A new strain of ransomware has recently been discovered, which employs old tactics by cybercriminals, but still takes advantage of the rapid rise of the value of Bitcoin.
Dubbed "Jaff", the malware was detected by MalwareHunterTeam. It was found to be distributed via the Necurs botnet, which is an infamous distributor of malware like Locky, which it closely resembles. Like many ransomware, it employs the classic technique of sending spam emails that are designed to look important to the receiver.
A PDF file will be downloaded, which will subsequently open a .docm Word file. At this point, the document will ask the receiver to click "Enable Content" to reveal the message. However, doing so will start the file's dirty work.
According to BleepingComputer, it will begin to gather information about the user, and then execute a number of files. Moreover, once the Jaff installer is executed, this will start the encryption process, which will lock a large number of files, appending ".jaff" to all of them, preventing proper access.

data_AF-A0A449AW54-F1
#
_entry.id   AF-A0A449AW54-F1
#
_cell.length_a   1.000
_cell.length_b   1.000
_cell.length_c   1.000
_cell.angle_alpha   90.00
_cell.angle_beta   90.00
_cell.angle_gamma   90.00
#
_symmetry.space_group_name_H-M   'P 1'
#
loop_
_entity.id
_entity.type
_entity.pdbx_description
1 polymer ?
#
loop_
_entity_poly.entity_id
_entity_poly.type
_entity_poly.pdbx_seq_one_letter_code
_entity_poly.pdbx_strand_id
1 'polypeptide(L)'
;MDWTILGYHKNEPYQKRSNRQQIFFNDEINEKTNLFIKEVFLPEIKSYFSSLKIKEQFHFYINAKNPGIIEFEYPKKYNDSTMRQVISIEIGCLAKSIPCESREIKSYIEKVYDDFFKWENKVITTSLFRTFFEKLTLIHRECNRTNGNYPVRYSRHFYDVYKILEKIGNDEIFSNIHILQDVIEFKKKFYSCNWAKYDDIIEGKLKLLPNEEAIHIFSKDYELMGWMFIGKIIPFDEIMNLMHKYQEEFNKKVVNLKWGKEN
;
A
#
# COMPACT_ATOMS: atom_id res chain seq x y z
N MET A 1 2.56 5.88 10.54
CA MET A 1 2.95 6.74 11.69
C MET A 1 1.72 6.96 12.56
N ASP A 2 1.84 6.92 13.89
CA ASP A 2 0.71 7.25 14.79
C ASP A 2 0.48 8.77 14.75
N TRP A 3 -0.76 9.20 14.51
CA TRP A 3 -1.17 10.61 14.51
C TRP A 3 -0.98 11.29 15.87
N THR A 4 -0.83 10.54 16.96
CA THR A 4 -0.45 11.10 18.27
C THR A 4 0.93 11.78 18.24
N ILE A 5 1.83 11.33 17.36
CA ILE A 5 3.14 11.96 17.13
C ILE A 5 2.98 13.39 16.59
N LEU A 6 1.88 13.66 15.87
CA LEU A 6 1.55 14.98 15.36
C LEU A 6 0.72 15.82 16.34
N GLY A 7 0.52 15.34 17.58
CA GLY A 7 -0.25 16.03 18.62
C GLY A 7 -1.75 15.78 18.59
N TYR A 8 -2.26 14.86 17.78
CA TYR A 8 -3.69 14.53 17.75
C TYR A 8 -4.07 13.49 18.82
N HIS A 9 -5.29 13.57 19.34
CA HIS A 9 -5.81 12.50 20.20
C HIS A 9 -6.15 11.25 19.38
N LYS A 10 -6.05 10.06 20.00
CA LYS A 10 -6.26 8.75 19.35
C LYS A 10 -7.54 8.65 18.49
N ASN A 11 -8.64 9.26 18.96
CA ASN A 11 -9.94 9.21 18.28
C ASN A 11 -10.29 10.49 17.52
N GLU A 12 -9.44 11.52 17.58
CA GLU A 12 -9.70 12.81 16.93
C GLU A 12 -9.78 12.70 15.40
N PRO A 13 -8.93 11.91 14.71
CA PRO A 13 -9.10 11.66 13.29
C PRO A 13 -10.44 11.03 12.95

Once this process is done, a lock screen will be displayed, asking victims to go to a Tor website to find out how they can decrypt their files. The ransomware is demanding for 2 bitcoins, which is currently equal to roughly $3,600.
Unfortunately, in an analysis conducted by Fabian Wosar of Emsisoft, there is no known way of decrypting infected files without paying a ransom.
Many ransomware variants are known to exploit Word/Excel macros, as cybercriminals can easily make receivers believe that a sensitive document has been sent to them, making it easy to enable the content and launch the doom within.
Despite this, this ransomware is a good reminder to be careful of our activities on the internet, as cybercriminals are now getting more creative to trap victims, aiming to drain them of their hard-earned money.